What to expect as the McAdams bus heads to Washington, D.C.

Originally published in the Deseret News.

I remember the first time I heard about a guy named Ben McAdams. I was employed by the Salt Lake Chamber and working closely with Mayor-elect Ralph Becker on his transition team. The mayor-elect told me of his intent to bring on a sharp young attorney to oversee government relations for his administration. The new senior staffer was a Columbia law graduate who was leaving a lucrative position at a corporate law firm to enlist in public service. I took note and looked forward to meeting him.

In the years since, I’ve taken note many more times as McAdams has achieved significant public policy and political success in the Beehive State. As a senior staffer with Salt Lake City, he helped downtown Salt Lake City reinvent itself, as a legislator he fought for and achieved bipartisan victories on issues such as high-quality pre-kindergarten, and as a county mayor he helped create homeless resource centers and a plan for a convention-headquarters hotel. These are just a few of his noteworthy accomplishments in public service.

Over the years, I’ve learned a few things about “Ben.” He has a compelling life story. Raised in West Bountiful as a son of a schoolteacher mother and used car salesman father who was rarely around, McAdams made his way through college with Pell grants. His upbringing in a low- to moderate-income family and exposure to poverty-stricken areas while serving as a missionary in Brazil for The Church of Jesus Christ of Latter-day Saints left an indelible imprint on him. His public policy questions always seem to come from a pragmatic place of “How can I help and who can I lift?”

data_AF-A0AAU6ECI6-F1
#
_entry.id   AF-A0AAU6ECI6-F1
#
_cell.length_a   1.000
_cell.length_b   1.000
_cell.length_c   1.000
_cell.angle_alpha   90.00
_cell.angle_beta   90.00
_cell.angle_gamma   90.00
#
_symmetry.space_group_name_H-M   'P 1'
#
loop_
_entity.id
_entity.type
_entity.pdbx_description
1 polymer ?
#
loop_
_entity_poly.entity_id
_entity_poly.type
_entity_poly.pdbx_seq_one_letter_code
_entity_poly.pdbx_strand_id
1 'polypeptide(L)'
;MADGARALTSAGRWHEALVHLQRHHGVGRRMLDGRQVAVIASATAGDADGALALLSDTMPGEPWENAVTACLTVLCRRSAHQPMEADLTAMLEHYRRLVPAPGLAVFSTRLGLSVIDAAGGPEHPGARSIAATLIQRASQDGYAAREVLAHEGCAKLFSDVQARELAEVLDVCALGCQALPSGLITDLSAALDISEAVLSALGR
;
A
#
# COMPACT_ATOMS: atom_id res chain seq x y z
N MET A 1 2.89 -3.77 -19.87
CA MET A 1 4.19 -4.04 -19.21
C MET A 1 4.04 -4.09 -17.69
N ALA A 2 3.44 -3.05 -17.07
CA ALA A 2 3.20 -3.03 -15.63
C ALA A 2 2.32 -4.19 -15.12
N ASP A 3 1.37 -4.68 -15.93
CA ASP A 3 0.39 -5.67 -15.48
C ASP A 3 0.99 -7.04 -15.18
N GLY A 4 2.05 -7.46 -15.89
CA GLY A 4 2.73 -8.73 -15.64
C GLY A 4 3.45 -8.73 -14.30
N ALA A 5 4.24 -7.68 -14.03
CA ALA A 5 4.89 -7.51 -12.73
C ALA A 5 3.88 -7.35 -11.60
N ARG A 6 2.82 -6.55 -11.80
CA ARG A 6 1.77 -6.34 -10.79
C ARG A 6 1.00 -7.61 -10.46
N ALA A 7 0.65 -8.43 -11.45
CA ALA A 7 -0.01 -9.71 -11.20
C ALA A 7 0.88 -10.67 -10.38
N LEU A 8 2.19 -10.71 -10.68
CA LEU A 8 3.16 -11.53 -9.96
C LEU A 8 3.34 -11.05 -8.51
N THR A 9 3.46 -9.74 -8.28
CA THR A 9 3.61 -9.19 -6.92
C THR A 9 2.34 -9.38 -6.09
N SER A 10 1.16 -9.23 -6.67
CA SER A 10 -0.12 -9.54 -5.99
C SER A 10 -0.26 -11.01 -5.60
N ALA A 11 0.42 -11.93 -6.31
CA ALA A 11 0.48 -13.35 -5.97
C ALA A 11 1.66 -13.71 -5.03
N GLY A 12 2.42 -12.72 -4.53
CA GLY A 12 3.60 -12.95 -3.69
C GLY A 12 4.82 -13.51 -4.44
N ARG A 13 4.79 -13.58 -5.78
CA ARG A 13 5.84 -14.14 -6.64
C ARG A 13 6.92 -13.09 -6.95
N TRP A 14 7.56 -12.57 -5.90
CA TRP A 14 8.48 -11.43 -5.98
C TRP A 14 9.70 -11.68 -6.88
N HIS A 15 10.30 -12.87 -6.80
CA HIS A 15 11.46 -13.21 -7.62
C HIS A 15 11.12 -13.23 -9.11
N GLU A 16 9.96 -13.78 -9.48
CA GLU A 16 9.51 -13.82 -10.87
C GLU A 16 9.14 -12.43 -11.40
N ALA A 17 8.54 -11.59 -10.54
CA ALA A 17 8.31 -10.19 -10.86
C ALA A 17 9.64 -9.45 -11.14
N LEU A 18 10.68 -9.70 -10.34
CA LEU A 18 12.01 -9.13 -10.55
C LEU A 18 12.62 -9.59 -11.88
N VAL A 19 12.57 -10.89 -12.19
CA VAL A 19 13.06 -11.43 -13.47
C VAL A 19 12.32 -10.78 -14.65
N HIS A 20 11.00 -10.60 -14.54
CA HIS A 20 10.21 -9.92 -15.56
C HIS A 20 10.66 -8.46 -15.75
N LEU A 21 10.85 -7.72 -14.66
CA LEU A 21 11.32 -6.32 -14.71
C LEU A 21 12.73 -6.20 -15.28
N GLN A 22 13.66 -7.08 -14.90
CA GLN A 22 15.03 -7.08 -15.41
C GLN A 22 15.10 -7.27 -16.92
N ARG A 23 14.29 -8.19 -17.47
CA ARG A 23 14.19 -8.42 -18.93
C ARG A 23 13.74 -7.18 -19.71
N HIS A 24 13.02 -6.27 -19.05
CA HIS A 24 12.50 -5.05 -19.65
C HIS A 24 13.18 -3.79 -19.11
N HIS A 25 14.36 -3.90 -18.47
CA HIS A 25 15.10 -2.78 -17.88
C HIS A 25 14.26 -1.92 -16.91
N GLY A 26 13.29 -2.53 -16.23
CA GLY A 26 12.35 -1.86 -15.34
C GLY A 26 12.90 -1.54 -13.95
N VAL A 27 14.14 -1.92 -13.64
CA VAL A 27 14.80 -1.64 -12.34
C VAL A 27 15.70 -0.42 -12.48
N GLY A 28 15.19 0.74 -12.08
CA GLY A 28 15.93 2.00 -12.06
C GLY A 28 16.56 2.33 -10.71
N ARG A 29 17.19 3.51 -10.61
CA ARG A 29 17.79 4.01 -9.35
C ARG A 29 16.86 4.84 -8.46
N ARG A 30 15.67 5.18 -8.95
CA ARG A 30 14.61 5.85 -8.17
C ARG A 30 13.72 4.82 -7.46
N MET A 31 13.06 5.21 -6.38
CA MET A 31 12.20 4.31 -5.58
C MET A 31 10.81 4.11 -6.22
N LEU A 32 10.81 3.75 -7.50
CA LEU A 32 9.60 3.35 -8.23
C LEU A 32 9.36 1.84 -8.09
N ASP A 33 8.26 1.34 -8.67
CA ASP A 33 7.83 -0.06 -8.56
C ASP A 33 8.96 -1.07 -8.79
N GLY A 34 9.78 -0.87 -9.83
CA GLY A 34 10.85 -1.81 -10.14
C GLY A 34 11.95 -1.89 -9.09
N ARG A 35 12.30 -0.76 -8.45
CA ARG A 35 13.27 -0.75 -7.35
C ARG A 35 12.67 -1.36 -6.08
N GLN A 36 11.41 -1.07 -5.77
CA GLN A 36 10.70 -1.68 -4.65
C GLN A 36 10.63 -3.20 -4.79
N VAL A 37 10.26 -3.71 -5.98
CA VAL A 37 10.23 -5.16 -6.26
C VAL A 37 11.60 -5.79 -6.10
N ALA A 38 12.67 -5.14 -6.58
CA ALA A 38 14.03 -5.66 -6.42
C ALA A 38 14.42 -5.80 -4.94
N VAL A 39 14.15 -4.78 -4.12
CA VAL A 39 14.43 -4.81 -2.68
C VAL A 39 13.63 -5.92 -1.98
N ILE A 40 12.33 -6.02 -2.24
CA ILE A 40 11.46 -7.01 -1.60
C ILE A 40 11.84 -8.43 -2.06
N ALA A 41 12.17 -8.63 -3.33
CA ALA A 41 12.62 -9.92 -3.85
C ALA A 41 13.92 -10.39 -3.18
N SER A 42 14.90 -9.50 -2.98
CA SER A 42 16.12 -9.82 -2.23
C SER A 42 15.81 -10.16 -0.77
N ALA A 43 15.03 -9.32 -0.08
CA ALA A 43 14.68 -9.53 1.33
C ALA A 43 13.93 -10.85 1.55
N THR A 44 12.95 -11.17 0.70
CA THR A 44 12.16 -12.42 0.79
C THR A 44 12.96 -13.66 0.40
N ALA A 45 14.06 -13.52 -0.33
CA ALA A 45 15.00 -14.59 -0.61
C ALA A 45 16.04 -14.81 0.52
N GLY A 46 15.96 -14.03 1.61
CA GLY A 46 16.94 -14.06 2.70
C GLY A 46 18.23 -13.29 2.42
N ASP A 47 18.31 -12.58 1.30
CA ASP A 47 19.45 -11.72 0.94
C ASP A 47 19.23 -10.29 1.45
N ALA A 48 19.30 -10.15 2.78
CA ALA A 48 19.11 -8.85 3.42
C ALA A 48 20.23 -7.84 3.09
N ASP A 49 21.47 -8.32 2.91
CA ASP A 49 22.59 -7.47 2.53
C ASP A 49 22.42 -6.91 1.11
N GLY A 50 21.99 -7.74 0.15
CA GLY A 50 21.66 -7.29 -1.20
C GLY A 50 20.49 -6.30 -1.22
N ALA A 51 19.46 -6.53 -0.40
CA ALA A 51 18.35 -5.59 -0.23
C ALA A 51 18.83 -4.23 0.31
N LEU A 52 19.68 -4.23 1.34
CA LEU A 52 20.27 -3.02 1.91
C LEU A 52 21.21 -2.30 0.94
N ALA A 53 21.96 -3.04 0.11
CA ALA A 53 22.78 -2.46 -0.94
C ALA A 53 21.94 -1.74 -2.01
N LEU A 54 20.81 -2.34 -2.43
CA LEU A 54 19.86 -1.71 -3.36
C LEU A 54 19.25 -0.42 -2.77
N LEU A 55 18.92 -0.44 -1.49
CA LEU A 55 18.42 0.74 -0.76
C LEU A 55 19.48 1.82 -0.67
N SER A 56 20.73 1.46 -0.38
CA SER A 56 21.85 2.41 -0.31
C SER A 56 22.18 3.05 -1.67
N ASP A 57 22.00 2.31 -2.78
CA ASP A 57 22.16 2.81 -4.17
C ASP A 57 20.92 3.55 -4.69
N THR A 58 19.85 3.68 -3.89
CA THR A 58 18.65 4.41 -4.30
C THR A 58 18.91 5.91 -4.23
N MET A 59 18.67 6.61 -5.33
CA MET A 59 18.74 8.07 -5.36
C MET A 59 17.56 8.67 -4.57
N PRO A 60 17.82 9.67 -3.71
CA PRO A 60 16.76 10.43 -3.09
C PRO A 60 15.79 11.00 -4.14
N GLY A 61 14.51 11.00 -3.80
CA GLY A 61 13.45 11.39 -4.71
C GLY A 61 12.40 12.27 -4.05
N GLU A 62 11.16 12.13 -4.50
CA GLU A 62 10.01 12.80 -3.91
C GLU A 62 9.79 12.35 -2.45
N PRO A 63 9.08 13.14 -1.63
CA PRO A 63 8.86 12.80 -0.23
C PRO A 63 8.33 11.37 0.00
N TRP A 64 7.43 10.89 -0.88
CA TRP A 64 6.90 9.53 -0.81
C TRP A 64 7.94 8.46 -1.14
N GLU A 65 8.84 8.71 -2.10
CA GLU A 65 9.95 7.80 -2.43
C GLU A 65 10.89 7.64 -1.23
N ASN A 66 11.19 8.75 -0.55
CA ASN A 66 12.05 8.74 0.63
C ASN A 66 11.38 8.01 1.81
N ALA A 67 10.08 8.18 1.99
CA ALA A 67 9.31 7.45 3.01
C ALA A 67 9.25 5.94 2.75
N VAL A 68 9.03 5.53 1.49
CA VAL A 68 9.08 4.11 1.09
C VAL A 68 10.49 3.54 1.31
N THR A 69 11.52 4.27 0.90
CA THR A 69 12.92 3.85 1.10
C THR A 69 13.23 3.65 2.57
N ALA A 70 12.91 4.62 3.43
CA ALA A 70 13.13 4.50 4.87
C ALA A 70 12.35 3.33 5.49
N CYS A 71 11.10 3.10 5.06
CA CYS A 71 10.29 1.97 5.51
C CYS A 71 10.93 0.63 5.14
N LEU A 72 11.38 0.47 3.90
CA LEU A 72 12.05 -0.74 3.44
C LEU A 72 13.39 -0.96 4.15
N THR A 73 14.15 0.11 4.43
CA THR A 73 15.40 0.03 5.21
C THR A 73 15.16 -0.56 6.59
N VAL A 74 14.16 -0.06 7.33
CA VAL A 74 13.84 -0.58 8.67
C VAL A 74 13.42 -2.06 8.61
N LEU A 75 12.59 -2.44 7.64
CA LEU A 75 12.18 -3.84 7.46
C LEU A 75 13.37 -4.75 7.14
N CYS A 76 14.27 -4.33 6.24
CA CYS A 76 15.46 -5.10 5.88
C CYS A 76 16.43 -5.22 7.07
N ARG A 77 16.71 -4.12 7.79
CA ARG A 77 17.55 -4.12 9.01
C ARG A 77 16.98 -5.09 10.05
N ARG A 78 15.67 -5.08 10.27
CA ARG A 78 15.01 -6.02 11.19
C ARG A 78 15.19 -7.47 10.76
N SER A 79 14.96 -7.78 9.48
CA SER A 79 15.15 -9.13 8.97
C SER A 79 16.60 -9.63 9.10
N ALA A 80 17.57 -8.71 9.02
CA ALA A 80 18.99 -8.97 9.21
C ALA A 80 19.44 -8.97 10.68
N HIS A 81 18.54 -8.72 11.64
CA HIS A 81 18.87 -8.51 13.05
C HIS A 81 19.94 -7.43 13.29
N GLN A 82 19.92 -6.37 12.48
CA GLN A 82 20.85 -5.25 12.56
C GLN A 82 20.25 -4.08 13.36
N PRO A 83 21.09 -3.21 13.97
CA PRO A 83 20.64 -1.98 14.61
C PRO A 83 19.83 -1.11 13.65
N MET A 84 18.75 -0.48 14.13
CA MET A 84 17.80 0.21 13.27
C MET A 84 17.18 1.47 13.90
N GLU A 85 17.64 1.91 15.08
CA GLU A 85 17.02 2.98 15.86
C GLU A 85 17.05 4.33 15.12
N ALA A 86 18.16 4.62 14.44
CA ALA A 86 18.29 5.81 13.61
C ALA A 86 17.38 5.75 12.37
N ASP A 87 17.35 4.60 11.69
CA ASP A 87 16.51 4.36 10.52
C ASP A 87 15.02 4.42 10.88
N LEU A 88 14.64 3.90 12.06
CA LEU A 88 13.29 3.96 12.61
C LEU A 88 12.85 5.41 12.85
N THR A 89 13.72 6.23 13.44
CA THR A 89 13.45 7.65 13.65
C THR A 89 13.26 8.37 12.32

Ben governs with confidence and isn’t afraid to try big and hard things. He envisioned an international role for Salt Lake County and partnered with a Washington, D.C., think tank on the Global Cities Initiative, which planted seeds for Salt Lake City’s inland port. He used his considerable diplomacy skills to secure a non-discrimination ordinance protecting the LGBT population in Salt Lake City, a movement that eventually extended statewide thanks to his deft policy skills in the Utah Legislature. In both cases, he landed support from the LDS Church. He even spent two nights on the streets of Salt Lake City learning about the people and experiences of the homeless population. He then stepped up under significant political risk to secure locations for homeless resource centers.

It’s natural to ask, what can we expect next? I have a few predictions.

First, watch for Congressman-elect McAdams to move quickly from campaigning to governing. The campaign was hard and overly negative, but it’s time to move on. Watch for him to graciously thank Congresswoman Love for her honorable service. She represented the 4th Congressional District with integrity. We all owe her a debt of gratitude for her public service.

Second, I’m a big fan of the productive middle, and that’s where McAdams uses his considerable skill. He said during the campaign that people are “tired of a broken Washington” and he wants to “start the healing.” Amen. Watch for McAdams to be part of the solution as Utah’s only representative in the House from the majority party. He will caucus with the Democrats, but govern as an independent. Instead of drawing lines, expect McAdams to build bridges.

Finally, watch for McAdams to lead a new generation of Utahns who are more racially and ethnically diverse, urban, environmentally minded and egalitarian. I predict Utah’s millennial population will enlist their full support for his independent and progressive voice. Salt Lake County residents will lead in this, but Utah County becomes more like Salt Lake County with each passing day. Urban Utah may have found their congressman.

After a climb from Salt Lake City government, to the Utah Legislature, to mayor of Utah’s largest county, and now to Washington, McAdams has a chance at representing the future of Utah politics. I’m excited to see where the “McAdams bus” takes him.